LICENSED gun holders in the country are pinning their hopes that Congress this year will approve former Philippine National Police chief-turned Senator Ronald ‘Bato’ M. de la Rosa’s bill that will extend the validity of their firearm registration papers.
Sen. dela Rosa filed Senate Bill No. 1155 entitled ‘An Act Fixing the Validity Period of the License to Own and Possess, Permit to Carry Outside of Residence or Place of Business and Registration of Firearms’ which responsible gun holders who are religiously renewing their gun papers hailed.
The former PNP chief’s move comes in the wake of the PNP’s continuing proposal to implement a nationwide gun amnesty to account for over a million unregistered weapons over the past five years including those with expired licenses which are now considered as loose firearms.
According to Sen. dela Rosa, his bill which will make some amendments to RA 10591 or the Comprehensive Firearms and Ammunition Regulation Act of 2013 will surely boost government revenue as it will attract more people to register their guns.
The measure aims to effectively account for all loose firearms. The proposed amendment also seeks to extend the validity period of the Permit To Carry Firearms from one year to two years.
Sen. dela Rosa, the chair of the Senate Committee on Public Order and Dangerous Drugs said that during his consultative talks with different stakeholders, none have aired disapproval over his proposal.
“Even sa side ng law enforcement wala kaming nakitang disadvantage as it will encourage more gun owners to renew their licenses promptly,” he said.
“Per observation ng PNP malaki ang nawala, yung hindi nagpa-register ng baril nila because of the very short period of validity and numerous, bundok-bundok na requirements na very discouraging on the part of the gun owners that resulted to a big number of loose firearms,” he said.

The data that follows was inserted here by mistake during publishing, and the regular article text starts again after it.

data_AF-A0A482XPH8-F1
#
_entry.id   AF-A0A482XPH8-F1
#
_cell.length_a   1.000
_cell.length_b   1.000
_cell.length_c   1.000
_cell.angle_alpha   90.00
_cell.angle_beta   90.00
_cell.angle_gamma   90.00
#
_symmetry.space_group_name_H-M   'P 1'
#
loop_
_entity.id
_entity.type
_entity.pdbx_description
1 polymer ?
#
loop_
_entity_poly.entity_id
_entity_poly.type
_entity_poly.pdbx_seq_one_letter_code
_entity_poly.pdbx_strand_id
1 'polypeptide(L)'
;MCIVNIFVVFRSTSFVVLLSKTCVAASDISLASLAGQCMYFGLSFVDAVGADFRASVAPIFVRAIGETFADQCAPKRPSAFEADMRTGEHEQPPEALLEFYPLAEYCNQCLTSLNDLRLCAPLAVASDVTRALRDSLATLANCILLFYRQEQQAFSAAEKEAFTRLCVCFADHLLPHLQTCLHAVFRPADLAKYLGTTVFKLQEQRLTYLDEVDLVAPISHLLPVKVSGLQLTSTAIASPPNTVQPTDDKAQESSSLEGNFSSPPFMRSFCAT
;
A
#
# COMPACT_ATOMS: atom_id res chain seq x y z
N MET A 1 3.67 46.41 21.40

“So para ma-account yun, i-liberalize natin yung process at yung requirements para babalik sila at revenue ito on the part of the government at matutulungan pa natin yung gun owners para hindi maging criminal. We help them to be law-abiding citizens,” he added.
Once the measure is passed into law, firearms registration validity will become five years from the previous four years. Sen. dela Rosa said it is likewise very practical to set a longer validity period for License to Own and Possess Firearms (LTOPF).
“This will fundamentally extend the capability of the gun owner to be responsible and his capacity to defend himself and his loved ones,” he said. One salient provision of the bill is one that will make an LTOFP valid for five years which should be renewed on the date of birth of the LTOFP holder.
The senator said this would serve as an easy reminder on the part of the licensee. However, the bill would be very strict when it comes to non-registration of firearms before their expiration period.
When RA 10591 was enacted into law in May 2013, the PNP leadership advised holders of firearms with expired licenses to renew their registration since their failure to do so will prompt the police to seize the weapons and file criminal charges against delinquent firearm holders.
The PNP also launched its vaunted Oplan: Katok in which uniformed police officers knock on the door of owners of firearms with expired licenses and appeal to them to renew their registration although the campaign failed to produce significant result since at present, there are still around 1.2 million holders of expired firearms licenses who have not renewed their licenses.
Former PNP Firearms and Explosives Office director and now Police Regional Office 7 director in Central Visayas, Brigadier General Valeriano T. de Leon, the official who started issuing ‘Provisional License to Own and Possess Firearms’ to make it easy for gunholders to renew their licenses also recommended a nationwide gun amnesty program in a major bid to reduce loose firearms that are being used as a tool to commit crimes in the streets.
De Leon said that the amnesty program will cover an estimated 1.2 million holders of registered firearms’ licenses who have failed to register them since 2014.
The official said that their records will show that there were 1.8 million registered firearms in 2014 but since then, only 600,000 have renewed their licenses with the PNP-FEO.
The Philippines already has one of the toughest gun policies in the world. A Permit to Carry Firearms Outside of Residence or Place of Business (PTCFOR) now cost P6,000 each and the required LTOPF at a minimum P1,000 and a high of P10,000 depending on the number of registered weapons.